|The Little Boy Blues|
|Origin||Chicago, Illinois, United States|
|Genres||Garage rock, rock and roll, protopunk, psychedelic rock|
|Labels||IRC, Ronco, Fontana|
|The Shadows of Knight, The Del-Vetts, The Warner Brothers, Saturday's Children|
The Little Boy Blues were an American garage rock band from Chicago, Illinois active in the mid to late 1960s, who are considered early pioneers in protopunk. They are best known for songs such as "The Great Train Robbery" and their version of Van Morrison's "I Can Only Give You Everything," both of which are considered garage classics. Throughout their tenure, they underwent several personnel changes and in the late 1960s began to evolve their sound into a more sophisticated direction, before disbanding in 1969
The Little Boy Blues formed in 1964. Their original lineup consisted of singer/guitarist Lowell Shyette, lead guitarist Paul Ostroff, bassist Ray Levin, and drummer James Boyce--all students at the University of Illinois at Chicago. Initially, their repertoire consisted primarily of Chicago blues and early rock & roll standards.
The group signed with the local IRC label, but agreed to modify their blues-based sound, in favor of a more commercial Beatles-inspired approach. Later in 1965 they issued the single "Love for a Day," which became a major hit on Chicago radio and would earn the band opening gigs for acts such as The Rolling Stones, The Lovin' Spoonful, and The Association. A second vocalist, Billy McColl was occasionally brought in for live dates, and appeared on their second single, Willie Dixon's "I'm Ready," which marked a return to a more blues-based approach. It was another local hit.
Their next single, the fuzz-drenched "I Can Only Give You Everything," became a local hit and is now regarded as a 1960s garage classic. They gained a weekly residence at the popular nightclub, the Like Young. After an appearance on Dick Clark's television series, Where the Action Is, and with the local success of "I Can Only give You Everything," the Little Boy Blues appeared to be on the cusp of national fame.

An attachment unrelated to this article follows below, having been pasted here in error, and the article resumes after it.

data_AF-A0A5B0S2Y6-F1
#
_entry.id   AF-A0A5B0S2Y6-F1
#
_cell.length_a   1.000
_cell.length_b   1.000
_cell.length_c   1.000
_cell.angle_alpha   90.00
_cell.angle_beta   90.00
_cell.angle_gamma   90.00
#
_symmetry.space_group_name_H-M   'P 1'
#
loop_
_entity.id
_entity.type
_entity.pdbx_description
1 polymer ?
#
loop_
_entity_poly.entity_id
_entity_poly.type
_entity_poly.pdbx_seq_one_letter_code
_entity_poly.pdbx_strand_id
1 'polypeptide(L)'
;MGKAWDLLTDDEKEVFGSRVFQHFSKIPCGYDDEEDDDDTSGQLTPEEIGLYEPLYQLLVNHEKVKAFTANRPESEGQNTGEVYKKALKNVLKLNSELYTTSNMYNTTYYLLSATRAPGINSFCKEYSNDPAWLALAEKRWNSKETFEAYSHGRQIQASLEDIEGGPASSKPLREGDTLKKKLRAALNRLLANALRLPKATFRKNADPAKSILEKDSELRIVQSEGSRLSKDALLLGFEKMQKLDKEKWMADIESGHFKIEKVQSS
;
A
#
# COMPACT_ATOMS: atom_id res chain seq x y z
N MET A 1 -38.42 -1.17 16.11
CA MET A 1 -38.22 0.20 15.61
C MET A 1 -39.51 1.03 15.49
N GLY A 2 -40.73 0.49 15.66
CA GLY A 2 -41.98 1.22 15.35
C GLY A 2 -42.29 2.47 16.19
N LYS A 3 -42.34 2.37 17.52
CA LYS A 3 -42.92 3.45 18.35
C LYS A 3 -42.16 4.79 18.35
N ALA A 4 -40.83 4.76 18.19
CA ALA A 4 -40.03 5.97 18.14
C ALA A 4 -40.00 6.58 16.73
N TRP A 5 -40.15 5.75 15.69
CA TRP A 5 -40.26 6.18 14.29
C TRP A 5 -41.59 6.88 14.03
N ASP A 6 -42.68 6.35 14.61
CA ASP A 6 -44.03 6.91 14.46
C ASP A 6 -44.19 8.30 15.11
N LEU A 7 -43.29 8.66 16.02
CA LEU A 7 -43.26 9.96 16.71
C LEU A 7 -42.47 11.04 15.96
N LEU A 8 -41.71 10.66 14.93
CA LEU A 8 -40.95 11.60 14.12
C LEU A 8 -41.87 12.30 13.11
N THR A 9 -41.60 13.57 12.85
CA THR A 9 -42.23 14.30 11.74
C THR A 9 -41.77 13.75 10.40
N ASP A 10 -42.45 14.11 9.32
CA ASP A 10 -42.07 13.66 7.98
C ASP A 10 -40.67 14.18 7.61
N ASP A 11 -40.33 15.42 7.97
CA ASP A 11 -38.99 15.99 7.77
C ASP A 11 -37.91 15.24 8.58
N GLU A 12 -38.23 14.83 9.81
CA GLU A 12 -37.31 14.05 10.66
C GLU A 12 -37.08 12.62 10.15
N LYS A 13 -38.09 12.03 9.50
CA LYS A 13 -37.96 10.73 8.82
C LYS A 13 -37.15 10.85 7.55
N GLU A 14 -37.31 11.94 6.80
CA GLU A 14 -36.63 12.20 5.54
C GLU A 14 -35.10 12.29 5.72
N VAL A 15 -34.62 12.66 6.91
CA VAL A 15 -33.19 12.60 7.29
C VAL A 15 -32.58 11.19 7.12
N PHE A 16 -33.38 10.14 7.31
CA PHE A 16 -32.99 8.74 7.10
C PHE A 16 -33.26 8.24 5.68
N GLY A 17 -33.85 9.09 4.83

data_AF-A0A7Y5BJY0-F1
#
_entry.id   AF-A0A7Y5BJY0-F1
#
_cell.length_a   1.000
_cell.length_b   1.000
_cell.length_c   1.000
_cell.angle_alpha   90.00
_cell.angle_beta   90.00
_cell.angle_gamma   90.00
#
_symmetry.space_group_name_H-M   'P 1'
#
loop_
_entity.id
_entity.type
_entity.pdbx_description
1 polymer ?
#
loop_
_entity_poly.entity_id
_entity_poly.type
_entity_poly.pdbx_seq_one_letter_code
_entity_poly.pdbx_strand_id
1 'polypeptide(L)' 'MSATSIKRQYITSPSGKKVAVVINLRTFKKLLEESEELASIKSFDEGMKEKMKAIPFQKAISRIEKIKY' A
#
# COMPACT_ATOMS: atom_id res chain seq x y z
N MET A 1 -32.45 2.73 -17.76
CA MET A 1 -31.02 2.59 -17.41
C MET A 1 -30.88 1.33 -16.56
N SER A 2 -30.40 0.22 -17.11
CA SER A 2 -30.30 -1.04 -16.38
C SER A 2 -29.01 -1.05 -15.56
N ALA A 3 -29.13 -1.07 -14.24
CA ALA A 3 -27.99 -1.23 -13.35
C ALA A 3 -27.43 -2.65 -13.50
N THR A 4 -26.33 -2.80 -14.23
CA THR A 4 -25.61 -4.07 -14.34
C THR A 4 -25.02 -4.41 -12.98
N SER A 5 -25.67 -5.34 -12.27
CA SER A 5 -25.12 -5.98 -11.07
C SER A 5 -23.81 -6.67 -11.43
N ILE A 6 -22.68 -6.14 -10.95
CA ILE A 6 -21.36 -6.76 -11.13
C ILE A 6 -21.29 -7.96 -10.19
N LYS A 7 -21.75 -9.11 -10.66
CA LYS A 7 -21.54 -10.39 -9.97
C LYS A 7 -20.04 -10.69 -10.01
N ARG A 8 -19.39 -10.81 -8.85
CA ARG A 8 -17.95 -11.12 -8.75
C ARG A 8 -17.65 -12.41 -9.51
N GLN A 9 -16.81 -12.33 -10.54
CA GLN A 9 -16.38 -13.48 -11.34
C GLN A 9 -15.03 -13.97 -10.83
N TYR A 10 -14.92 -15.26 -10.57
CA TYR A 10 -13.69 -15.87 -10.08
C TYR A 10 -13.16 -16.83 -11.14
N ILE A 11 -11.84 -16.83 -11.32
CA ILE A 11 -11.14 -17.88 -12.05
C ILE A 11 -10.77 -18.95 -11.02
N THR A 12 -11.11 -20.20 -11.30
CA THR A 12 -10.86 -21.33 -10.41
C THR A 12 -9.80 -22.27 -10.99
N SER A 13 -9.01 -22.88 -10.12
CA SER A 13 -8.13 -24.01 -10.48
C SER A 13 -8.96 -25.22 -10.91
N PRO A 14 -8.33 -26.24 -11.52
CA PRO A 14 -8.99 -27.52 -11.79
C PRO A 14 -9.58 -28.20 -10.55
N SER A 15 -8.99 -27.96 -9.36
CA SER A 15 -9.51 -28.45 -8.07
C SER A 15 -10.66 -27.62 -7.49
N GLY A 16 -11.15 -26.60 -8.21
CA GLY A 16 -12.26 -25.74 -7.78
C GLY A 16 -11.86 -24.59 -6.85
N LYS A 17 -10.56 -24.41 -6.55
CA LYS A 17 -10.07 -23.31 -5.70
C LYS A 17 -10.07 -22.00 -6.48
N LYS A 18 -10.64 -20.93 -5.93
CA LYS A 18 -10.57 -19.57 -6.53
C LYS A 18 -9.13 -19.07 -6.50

But, in September 1966 lead singer and guitarist, Lowell Shyette, was drafted into Army duty, putting a spoke into the wheels of the band's momentum. Frank Biner was tapped to be Shyette's replacement. In 1967, the band left IRC for the Ronko label and issued their fourth single, "The Great Train Robbery," which, like the one before is considered a 1960s punk classic. As psychedelia grew in popularly, the group began to move into a more diverse musical direction, playing at local "be-ins" and headlining at Chicago psychedelic clubs such as the Cheetah and the Electric Playground.
The change in musical direction did not sit well with McColl or Ostroff, both of whom left the band. Guitarist Peter Pollack was hired as a replacement. Around this time, the band signed to an record deal with the Fontana label of Mercury Records, with plans to record a full album of material. But midway through recording both frank Biner and James Boyce quit over creative differences. Marc Coplon on vocals and Bill Mooney on drums were hastily recruited to complete the album, In the Woodland of Weir, which has been criticized for being patchy in quality. The Little Boy Blues continued for about a year before disbanding in 1969.
The group's song "Seed of Love", on the album "In the Woodland of Weir" (Fontana, 1968), is recognized as the most prominent sample for the song "Public Service Announcement (Interlude)" produced by Just Blaze on the Grammy nominated Jay-Z album "The Black Album". The Jay-Z song was featured on the soundtrack of the popular video game NBA 2K13.